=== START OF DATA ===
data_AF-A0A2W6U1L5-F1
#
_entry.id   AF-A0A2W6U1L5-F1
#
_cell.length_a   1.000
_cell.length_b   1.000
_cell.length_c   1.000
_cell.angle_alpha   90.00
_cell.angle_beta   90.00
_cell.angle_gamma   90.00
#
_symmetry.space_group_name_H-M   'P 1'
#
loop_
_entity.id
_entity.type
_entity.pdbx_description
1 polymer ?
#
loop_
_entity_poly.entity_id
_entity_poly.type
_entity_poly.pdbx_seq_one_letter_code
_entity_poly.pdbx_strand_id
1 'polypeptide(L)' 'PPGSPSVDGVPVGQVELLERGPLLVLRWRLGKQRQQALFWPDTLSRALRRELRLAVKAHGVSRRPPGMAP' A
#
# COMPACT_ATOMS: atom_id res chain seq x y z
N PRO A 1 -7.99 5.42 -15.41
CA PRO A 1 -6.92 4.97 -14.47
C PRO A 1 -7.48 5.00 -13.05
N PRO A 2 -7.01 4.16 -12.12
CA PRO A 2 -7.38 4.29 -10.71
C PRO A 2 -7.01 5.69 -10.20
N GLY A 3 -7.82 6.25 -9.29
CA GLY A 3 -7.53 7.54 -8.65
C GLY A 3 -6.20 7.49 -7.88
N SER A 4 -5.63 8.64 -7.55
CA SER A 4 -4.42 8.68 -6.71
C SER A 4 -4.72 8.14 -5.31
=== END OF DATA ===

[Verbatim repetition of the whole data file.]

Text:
data_AF-A0A2W6U1L5-F1
#
_entry.id   AF-A0A2W6U1L5-F1
#
_cell.length_a   1.000
_cell.length_b   1.000
_cell.length_c   1.000
_cell.angle_alpha   90.00
_cell.angle_beta   90.00
_cell.angle_gamma   90.00
#
_symmetry.space_group_name_H-M   'P 1'
#
loop_
_entity.id
_entity.type
_entity.pdbx_description
1 polymer ?
#
loop_
_entity_poly.entity_id
_entity_poly.type
_entity_poly.pdbx_seq_one_letter_code
_entity_poly.pdbx_strand_id
1 'polypeptide(L)' 'PPGSPSVDGVPVGQVELLERGPLLVLRWRLGKQRQQALFWPDTLSRALRRELRLAVKAHGVSRRPPGMAP' A
#
# COMPACT_ATOMS: atom_id res chain seq x y z
N PRO A 1 -7.99 5.42 -15.41
CA PRO A 1 -6.92 4.97 -14.47
C PRO A 1 -7.48 5.00 -13.05
N PRO A 2 -7.01 4.16 -12.12
CA PRO A 2 -7.38 4.29 -10.71
C PRO A 2 -7.01 5.69 -10.20
N GLY A 3 -7.82 6.25 -9.29
CA GLY A 3 -7.53 7.54 -8.65
C GLY A 3 -6.20 7.49 -7.88
N SER A 4 -5.63 8.64 -7.55
CA SER A 4 -4.42 8.68 -6.71
C SER A 4 -4.72 8.14 -5.31